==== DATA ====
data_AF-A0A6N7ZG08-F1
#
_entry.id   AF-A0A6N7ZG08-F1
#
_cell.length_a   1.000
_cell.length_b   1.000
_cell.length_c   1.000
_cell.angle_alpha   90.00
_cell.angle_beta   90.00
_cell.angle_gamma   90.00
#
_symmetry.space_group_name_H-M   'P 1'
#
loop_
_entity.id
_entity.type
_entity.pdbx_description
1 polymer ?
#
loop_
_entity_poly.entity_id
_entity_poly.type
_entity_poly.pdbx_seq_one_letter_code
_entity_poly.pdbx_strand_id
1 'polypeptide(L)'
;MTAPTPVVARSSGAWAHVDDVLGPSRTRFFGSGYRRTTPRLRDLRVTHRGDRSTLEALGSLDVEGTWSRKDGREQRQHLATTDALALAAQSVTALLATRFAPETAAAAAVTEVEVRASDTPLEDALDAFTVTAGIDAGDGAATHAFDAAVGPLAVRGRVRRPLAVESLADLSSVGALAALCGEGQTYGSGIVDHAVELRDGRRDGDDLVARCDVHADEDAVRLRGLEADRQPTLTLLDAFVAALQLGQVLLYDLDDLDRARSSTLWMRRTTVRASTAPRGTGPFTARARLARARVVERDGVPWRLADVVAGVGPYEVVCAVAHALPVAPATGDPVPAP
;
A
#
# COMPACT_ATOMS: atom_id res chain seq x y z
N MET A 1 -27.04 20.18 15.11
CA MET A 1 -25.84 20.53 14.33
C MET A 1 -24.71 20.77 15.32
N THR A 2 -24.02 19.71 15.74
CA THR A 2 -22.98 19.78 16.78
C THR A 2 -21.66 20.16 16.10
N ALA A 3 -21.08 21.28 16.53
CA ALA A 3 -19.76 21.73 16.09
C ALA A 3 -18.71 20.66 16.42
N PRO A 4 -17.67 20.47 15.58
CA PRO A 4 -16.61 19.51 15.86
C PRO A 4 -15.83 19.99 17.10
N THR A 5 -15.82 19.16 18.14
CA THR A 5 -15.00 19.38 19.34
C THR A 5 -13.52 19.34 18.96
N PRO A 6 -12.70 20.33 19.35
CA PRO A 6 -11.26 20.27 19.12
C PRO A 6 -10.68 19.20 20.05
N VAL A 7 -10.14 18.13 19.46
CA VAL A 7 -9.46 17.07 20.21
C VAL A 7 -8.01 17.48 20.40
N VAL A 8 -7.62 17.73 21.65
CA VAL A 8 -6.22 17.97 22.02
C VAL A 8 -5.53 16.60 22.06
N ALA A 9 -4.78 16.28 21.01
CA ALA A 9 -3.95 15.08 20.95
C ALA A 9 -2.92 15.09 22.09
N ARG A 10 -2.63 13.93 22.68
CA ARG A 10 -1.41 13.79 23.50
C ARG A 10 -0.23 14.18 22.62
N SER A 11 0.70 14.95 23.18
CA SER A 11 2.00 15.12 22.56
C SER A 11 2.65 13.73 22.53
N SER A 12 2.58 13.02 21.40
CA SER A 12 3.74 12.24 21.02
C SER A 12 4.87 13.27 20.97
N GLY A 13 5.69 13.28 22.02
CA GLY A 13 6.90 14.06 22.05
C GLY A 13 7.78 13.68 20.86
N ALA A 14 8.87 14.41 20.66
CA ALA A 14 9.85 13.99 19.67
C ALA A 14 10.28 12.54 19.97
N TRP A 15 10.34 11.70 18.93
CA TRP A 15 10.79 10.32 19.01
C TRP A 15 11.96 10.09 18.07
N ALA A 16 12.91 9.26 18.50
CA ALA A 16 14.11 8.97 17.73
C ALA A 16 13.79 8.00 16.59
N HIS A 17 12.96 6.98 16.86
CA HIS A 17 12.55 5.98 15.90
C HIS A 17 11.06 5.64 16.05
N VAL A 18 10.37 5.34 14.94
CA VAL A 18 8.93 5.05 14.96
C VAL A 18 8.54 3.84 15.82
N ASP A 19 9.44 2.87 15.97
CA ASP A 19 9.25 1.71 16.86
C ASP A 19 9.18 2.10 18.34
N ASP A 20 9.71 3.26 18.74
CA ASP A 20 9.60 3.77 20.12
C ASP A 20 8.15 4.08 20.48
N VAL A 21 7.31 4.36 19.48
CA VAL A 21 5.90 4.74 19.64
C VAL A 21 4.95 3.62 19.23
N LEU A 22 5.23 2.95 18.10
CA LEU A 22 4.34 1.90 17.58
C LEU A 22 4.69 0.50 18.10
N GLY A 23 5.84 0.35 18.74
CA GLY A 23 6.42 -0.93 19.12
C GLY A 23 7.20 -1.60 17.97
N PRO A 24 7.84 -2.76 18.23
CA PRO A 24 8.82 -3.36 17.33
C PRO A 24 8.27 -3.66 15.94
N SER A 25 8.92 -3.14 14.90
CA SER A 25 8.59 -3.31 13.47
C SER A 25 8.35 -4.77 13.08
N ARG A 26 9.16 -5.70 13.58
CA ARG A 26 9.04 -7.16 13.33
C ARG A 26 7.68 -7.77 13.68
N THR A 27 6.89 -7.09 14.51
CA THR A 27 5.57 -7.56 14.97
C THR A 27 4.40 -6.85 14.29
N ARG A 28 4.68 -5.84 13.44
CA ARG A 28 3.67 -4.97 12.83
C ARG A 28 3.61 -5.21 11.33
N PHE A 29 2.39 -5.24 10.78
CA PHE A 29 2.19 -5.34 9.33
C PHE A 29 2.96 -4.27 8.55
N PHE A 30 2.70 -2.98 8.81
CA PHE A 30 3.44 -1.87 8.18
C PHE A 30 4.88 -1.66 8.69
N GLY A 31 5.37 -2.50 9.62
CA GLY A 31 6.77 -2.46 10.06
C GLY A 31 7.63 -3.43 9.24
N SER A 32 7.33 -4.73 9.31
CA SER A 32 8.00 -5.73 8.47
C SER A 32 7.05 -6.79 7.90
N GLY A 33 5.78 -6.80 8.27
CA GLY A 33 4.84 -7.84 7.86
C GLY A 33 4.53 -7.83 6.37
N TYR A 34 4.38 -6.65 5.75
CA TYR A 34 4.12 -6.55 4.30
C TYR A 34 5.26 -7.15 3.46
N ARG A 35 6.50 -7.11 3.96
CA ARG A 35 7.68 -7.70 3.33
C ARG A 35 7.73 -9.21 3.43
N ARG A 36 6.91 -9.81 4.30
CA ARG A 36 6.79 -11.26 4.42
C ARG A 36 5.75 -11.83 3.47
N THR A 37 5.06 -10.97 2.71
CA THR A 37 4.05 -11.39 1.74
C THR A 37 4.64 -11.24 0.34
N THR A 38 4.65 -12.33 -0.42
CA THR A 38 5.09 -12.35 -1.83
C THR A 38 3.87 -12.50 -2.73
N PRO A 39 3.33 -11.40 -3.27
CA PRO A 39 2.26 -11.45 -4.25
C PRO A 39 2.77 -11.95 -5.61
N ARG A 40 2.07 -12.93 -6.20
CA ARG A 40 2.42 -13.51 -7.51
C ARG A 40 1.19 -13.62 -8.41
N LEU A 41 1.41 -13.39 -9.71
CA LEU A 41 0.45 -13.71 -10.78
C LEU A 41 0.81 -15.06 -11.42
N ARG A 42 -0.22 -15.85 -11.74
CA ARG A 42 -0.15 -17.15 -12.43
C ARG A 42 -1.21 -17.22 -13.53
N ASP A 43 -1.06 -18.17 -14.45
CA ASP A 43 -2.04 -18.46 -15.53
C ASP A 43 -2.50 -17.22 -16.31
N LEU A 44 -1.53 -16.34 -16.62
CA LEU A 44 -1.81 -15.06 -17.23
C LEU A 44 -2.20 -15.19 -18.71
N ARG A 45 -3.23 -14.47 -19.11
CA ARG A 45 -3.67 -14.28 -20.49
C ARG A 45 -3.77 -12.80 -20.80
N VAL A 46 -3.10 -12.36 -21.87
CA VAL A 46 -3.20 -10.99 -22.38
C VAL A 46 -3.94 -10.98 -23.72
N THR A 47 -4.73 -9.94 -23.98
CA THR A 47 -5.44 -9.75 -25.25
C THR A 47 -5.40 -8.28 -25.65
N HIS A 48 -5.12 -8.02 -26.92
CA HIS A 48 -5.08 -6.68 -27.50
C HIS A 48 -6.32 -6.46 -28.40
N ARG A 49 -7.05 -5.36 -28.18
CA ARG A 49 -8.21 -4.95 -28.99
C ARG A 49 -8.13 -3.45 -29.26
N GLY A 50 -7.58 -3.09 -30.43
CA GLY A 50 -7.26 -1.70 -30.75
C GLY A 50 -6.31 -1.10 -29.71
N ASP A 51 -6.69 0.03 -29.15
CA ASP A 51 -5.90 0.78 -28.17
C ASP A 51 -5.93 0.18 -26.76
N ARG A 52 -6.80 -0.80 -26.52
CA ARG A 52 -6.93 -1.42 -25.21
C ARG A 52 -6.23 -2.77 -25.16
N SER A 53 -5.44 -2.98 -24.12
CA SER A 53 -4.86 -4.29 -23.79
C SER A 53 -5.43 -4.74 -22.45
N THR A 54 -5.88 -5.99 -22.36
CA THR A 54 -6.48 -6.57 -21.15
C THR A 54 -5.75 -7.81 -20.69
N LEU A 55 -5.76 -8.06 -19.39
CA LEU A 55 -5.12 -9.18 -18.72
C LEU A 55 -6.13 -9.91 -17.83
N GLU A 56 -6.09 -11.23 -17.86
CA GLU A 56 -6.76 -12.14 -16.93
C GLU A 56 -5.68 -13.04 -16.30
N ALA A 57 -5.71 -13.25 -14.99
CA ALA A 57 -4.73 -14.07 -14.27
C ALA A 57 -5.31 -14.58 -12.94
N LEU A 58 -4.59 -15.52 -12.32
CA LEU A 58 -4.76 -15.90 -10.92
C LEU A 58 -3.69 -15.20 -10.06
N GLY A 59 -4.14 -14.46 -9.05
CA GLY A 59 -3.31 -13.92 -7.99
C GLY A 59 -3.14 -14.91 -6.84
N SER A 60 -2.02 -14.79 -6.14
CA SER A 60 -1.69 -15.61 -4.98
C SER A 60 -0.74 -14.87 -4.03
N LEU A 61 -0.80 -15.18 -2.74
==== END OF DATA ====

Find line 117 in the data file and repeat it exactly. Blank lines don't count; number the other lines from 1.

C PHE A 29 2.96 -4.27 8.55